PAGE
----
Bitcoin’s trying to make 2021 its year. In the first week of January, the digital currency hit multiple record highs after already growing 3X in 2020. But at the beginning of the second week, Bitcoin and other cryptocurrencies lost $200 billion.
One reason for the runup: the pandemic. To try and prop up the flattened economy, the US Federal Reserve is keeping interest rates low, and central banks around the world are printing more money. Over time, that could lead to inflation. To beat that threat, certain investors may opt to buy gold because its value stays the same no matter what happens to other currencies. Same goes for Bitcoin. Which, to some, now looks like digital gold. Also scarcity. There are only 21 million bitcoins out there.
So why the big drop? It’s not that unusual after a big rally. When an asset increases in value too fast, it can spark a price correction (hint: when the price of an overvalued asset decreases by 10% or more) as some investors cash in their quick wins.
What’s next? Some experts predict the price could rise to $50K; others think it could go as high as...wait for it...$318K. Here’s what all this could mean for your wallet.
You and a LOT of other people. Here's what to do before investing:
Know the risks. Not to burst your bubble, but Bitcoin is still pretty new. And not without downsides. See: lack of security and gov regulation. Also, being based on new tech makes it hard to fully understand.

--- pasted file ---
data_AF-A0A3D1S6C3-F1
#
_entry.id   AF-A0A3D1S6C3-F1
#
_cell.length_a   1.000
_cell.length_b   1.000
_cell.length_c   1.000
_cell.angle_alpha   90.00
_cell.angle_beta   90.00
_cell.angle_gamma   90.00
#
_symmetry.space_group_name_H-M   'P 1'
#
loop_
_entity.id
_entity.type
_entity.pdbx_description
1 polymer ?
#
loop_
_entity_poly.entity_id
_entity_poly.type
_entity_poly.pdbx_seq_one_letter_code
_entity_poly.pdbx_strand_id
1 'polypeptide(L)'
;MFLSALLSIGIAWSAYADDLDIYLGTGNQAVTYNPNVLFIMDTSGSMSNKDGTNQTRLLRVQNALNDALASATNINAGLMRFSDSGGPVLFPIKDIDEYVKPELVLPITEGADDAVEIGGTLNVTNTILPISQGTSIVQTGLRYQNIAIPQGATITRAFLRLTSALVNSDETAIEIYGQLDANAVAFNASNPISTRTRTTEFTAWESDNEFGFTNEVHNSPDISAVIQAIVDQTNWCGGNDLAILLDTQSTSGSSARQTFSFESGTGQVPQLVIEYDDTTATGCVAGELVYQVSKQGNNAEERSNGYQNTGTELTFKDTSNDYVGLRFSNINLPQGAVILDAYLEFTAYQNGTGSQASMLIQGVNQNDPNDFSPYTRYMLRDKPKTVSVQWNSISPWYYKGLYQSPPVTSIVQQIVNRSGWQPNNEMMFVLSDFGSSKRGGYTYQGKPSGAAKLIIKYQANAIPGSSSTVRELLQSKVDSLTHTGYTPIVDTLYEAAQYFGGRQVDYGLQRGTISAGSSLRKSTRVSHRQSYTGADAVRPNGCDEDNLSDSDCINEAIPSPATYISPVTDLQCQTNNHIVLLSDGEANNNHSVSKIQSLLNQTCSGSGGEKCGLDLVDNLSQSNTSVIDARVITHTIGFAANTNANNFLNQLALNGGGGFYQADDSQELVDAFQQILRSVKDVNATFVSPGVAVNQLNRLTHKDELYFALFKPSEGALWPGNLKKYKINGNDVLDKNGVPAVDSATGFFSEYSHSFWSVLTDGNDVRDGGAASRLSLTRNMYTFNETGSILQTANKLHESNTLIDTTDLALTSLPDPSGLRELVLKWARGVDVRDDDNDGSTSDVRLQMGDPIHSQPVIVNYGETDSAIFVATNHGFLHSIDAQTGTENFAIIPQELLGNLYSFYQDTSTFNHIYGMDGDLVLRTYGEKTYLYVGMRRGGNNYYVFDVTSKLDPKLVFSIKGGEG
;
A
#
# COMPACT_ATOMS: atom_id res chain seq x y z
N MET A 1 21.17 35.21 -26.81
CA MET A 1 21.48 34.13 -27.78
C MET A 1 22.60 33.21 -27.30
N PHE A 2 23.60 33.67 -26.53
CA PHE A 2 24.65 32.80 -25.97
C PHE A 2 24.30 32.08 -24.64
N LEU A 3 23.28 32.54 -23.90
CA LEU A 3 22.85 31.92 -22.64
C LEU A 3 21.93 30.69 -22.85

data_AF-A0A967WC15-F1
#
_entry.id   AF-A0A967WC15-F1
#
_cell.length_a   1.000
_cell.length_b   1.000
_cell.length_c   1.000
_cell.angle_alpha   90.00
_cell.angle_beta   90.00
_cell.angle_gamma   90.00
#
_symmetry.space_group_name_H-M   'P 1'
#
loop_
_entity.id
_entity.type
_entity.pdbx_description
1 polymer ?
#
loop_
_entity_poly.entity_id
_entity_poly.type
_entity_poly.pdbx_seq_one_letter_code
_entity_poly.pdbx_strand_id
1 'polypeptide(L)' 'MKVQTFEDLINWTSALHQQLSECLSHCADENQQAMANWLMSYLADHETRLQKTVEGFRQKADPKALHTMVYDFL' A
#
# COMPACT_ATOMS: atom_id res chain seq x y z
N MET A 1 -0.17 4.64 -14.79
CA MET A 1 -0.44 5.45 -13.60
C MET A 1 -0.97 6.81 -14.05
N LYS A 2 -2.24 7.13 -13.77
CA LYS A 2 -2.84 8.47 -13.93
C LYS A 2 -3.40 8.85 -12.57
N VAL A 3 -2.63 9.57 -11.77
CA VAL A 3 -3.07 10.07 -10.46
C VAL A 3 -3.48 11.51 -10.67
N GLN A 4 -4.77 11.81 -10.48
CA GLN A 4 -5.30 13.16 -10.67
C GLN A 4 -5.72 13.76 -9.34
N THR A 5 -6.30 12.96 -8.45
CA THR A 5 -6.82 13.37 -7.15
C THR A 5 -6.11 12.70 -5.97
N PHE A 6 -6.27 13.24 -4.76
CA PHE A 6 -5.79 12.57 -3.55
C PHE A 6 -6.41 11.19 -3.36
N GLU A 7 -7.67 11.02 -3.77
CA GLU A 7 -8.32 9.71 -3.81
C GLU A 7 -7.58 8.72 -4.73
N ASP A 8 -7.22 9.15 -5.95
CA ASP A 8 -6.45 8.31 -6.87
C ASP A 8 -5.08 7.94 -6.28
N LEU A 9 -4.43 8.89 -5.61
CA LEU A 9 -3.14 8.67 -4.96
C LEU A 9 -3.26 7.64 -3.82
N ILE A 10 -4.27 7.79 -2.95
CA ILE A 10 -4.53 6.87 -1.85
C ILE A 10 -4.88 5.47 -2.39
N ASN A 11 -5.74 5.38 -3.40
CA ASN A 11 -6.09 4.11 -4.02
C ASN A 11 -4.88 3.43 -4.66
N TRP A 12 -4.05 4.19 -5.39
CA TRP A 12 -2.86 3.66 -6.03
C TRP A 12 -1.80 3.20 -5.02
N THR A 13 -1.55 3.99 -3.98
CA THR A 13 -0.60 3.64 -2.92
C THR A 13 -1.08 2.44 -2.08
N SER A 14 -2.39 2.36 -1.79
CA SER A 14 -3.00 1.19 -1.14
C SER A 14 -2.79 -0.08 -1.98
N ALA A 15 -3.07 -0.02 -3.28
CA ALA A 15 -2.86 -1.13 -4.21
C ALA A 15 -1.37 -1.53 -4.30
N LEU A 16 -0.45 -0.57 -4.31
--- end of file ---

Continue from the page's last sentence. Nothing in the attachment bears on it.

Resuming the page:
Look into a "safer" option. A Bitcoin exchange-traded fund may make its way to market this year after years of rejection by regulators. Reminder: ETFs are baskets of investments that offer diversification at relatively low prices. So a Bitcoin ETF may help limit the risks of investing in crypto.
Get your financial sh*t together. Before jumping on the Bitcoin bandwagon, make sure you have a solid emergency fund and your debt is under control. And only invest money you’d be okay losing.
Your next move is up to you. You could:
Trade it. For fiat currencies (aka paper money that's backed by the gov). Or other cryptocurrencies like Litecoin and Ethereum, if you like their prospects better.
Spend it. Companies like Microsoft, Square, Paypal, and more are now accepting it as a form of payment.
Hang in there. If you buy the hype about crypto soaring for the rest of the year, hanging onto your investment could be smart.
The short answer: it could affect the global economy and future of money.
Bitcoin is making it easier for people in some developing countries to work around stringent regulations and access capital not regulated by problematic governments. Especially in poorly banked countries and areas with high inflation.
In the same way that paper money eventually replaced gold bars, crypto could one day replace some current forms of payment. But probably not without some tweaks. Bitcoin’s anonymous nature makes it a magnet for things like tax evasion, money laundering, and fraud. Addressing these challenges might mean more regulation.
theSkimm: Even though Bitcoin is in its tween years, it’s still the new kid on the block when it comes to investing. Read: high risk. So proceed with caution. If you’re tempted, make sure Bitcoin fits into your overall financial plan. And that you’ll be okay financially (and emotionally) no matter what it does next.
Skimm'd by: Ivana Pino, Stacy Rapacon, and Elyse Steinhaus